The top Democrats in the state house on Thursday offered a glimpse at some of their broad goals for the upcoming legislative session, which begins Friday with a new-look General Assembly.
It’s a look both House Speaker-designate K.C. Becker of Boulder and Majority Leader Alec Garnett of Denver will enjoy, while saying they’re determined to work with their Republican colleagues as much as they can.
That’s partially a response to concerns raised of Dems overplaying their hand — they’ve got a majority not only in the House but also in the Senate. They’re not convinced that the last time they were accused of such a thing — back in 2013 — was that accurate anyway. Becker said 90 percent of the legislation passed during that session was bipartisan.
“We absolutely will make an effort in every instance we can to make it bipartisan,” Becker said. “But it’s not going to stop us from doing things that we really want to get done.”
On Thursday, they once again laid out their ambitious legislative checklist. While they were short on specifics — those could come Friday during opening day remarks — Becker said they’ve focused their agenda on three things: Building an economy that works for everyone, advancing the Colorado way of life and investing in the state’s future.
Becker said their first few bills will be related to healthcare, renewable energy and education. She promised more details Friday.
Creating an “economy that works for all” will be addressed with a bill that’s always been on the top of Democrats’ wish list.
“A bill that we’ve been working on for several years is family, (a) family medical leave act,” Becker said. “Colorado’s economy is booming. Not everyone is feeling that.”
Investing “in the state’s future” means addressing transportation concerns, which voters were unable to address during the November election. They want to add new funding for K-12 and early childhood education. Here, leaders will have an ally in Gov.-elect Jared Polis, who wants to bring universal pre-K and kindergarten to the state.
“Families are experiencing a lot of pain points,” Garnett said. “When they’re trying to make ends meet, you’re looking at early childhood education, you’re looking at housing, and one really important theme is health care costs.”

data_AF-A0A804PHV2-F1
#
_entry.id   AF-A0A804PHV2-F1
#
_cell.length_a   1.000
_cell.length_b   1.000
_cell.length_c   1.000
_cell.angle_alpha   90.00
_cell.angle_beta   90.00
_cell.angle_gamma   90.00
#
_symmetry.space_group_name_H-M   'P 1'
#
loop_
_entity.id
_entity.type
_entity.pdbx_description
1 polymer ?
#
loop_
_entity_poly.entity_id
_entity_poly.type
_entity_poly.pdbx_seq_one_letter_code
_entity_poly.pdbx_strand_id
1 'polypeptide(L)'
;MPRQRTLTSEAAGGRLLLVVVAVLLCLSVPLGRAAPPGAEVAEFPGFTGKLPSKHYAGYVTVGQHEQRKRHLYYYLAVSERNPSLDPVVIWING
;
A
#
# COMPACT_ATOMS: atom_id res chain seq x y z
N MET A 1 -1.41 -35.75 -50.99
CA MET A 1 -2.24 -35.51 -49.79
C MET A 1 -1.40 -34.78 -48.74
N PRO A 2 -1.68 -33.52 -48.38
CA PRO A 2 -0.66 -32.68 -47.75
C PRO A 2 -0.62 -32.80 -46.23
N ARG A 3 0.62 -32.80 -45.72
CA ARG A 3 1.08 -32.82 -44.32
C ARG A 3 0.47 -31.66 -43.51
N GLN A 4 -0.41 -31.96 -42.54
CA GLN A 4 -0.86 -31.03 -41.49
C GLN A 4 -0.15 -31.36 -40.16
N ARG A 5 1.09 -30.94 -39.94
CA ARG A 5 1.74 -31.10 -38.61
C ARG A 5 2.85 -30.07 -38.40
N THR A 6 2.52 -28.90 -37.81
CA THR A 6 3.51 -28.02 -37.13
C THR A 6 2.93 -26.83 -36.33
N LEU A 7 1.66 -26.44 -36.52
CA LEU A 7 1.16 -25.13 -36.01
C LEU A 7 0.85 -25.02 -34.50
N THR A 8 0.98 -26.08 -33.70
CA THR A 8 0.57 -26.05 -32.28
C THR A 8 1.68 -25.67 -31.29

He said early childhood education needs to be a priority for both chambers. As far as paying for the lofty plan, Garnett said it’s basically wait-and-see. He said it’ll need to be done “in a way that fits into what is a very efficient budget.”
Investing in the state’s future will also include improving the state’s air quality, Becker said.
“A lot of people are coming to Colorado because of our quality of life here,” she said. “And that’s access to the outdoors, a clean environment, our commitment to renewable energy and our environmental values.
It’s not necessarily at the top of their list, but Democrats are interested in creating more statewide funding for affordable housing.
This is a concern that extends far beyond Denver’s borders.
Last fall, Becker joined other state lawmakers in creating a stakeholders group that met three times to discuss affordable housing.
“Everyone agreed, we need new money in affordable housing,” she said.
Getting there will be tricky. As far as solutions, Becker said they’re interested in looking at several ideas. It could mean putting money into an existing trust fund or finding new sources of revenue she said haven’t come up in the past.
“Our caucus is also going to look at not just the creation of new affordable housing, but how easy it is for people to stay in their housing,” Becker said, adding this will include looking at issues related to a warranty of habitability or rental application fees. “Affordable housing is a factor everywhere in the state.”
Becker’s district includes Jackson County, which she said is twice the size of Boulder County but with roughly 1,400 people living in the area.
“When I met with the county commissioners this summer, they said their number-one issue is affordable housing,” Becker said. “It kind of displays itself in different ways in every part of this state.”
In 2013, the assembly passed laws including new gun control legislation, bills setting renewable energy standards and a bill allowing same-sex unions. The gun control legislation ended up costing Democrats a few seats.
“I look at 2013 and so many of the policies where folks screamed ‘overreach,’ they’re now saying, ‘Actually, that was a really good idea,’ or, ‘That makes total sense,'” Becker said.
“People are going to scream ‘overreach’ no matter what we do.”
Garnett said people will see “Democrats governing responsibly” for four years, if not longer.
“I think Coloradans and unaffiliateds have given us the trust and they want us to move forward in a way that truly sort of meets their expectations for how a government’s supposed to work,” Garnett said.